The French flag is made up of three stripes of equal width in blue, white and red. It has been an inspiration to many other countries who have also adopted the three colour design for their flags.
Ask your kids to have a go at painting or colouring the French flag. Older children may also want to try drawing a fleur de lys, a traditional symbol of France.
France’s most famous landmark is also one of the most recognisable structures in the world. We’re talking about the Eiffel Tower, of course! Here’s a fun game you can play with your little one. Ask them to walk around the living room. Whenever you say ‘Bonjour!’ they must stop and do their best impression of the Eiffel Tower (Feet on the floor and arms pointing to the ceiling with palms touching) The first time they start walking they can walk normally. The next time you can ask them to take big steps, then little steps – keep changing it up! If they’re old enough to know how to count to three in French, get them to do this before they can start walking again.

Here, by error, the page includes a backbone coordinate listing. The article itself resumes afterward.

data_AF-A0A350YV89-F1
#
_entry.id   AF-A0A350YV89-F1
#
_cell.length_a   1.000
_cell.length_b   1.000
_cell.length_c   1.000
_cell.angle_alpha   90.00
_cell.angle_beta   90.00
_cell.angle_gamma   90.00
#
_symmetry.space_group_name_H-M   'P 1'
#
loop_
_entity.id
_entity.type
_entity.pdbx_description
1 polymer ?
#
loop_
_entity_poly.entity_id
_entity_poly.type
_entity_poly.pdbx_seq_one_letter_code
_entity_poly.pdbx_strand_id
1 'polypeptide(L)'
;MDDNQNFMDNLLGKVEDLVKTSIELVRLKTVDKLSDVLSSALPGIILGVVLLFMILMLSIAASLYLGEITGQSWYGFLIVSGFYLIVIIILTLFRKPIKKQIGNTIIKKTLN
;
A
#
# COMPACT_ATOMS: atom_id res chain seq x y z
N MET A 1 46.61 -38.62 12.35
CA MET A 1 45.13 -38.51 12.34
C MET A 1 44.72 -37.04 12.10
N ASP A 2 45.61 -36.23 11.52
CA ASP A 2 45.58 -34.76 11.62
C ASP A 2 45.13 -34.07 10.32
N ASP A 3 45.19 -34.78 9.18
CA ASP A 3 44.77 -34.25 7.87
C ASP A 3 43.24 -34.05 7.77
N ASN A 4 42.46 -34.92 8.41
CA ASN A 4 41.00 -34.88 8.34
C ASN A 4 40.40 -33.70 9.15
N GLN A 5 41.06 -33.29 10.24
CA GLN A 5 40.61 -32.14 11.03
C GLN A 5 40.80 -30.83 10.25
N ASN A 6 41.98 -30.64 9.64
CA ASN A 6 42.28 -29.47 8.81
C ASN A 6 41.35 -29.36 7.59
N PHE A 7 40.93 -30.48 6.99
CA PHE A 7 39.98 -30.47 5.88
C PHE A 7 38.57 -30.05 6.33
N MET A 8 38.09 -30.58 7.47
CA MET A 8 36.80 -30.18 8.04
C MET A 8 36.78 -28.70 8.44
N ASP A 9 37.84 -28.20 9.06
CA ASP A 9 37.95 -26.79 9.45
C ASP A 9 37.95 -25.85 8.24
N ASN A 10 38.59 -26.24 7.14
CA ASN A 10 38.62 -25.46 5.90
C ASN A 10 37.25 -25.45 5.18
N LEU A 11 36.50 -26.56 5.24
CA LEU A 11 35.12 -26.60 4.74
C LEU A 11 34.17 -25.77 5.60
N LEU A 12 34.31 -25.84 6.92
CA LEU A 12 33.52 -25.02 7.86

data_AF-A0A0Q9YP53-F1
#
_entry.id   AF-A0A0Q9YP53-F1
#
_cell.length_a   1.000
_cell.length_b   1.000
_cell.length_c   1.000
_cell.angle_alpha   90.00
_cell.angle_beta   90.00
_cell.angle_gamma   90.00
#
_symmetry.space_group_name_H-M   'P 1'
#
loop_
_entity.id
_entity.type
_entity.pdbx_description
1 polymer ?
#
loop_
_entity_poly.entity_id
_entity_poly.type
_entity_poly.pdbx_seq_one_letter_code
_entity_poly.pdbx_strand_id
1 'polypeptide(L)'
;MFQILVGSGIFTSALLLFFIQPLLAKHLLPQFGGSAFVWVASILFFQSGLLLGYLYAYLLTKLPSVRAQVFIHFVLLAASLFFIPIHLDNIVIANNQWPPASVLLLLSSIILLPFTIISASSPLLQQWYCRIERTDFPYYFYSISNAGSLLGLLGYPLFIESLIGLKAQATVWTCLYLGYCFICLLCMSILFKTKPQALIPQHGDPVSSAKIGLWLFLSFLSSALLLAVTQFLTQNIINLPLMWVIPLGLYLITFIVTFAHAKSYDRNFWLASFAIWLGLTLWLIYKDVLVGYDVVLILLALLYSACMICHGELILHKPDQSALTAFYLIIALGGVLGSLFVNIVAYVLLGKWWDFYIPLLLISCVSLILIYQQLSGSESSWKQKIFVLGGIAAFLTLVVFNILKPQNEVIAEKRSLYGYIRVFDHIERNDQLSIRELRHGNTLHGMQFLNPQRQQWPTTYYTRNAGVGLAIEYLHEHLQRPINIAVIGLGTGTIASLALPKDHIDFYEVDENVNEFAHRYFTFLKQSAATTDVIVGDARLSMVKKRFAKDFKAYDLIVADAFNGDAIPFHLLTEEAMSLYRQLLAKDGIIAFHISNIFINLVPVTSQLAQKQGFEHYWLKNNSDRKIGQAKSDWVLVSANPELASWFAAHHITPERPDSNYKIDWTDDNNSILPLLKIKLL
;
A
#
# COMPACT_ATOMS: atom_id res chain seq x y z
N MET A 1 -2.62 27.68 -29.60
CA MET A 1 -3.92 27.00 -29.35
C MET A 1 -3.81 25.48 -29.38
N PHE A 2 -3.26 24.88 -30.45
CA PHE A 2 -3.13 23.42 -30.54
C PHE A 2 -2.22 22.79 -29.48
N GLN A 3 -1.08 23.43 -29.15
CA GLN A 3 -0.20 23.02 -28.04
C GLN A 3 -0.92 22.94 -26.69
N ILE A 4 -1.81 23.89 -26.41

Pointillism is a style of art made famous by French artists Georges-Pierre Seurat and Paul Signac. They created art using dots or ‘points’ of colourful paint to make up the bigger picture.
Your child can make their own art using dots made by their finger and thumbprints.
What you’ll need:
Put the paints into a palette and ask your little one to do some fingerprints on a page.
When dried, you can turn the dots into lots of different things – take a look at the ones we did for some inspiration.
Get your little one to put two different-coloured thumbprints on opposite sides of a page. We think sideways thumbprints work best for this.
When dried, turn the thumbprints into snails, as we’ve shown here.
Without your kid looking, draw a squiggly path from one snail to the other; then draw paths that lead to elsewhere on the page.
Your child now has to try and work out which path reunited the snails!
Hello/Good morning – Bonjour (pronounced ‘bon-joo-r’)
Please – S’il vous plait (pronounced ‘seel-voo-play’)
Thank you – Merci (pronounced ‘mair-see’)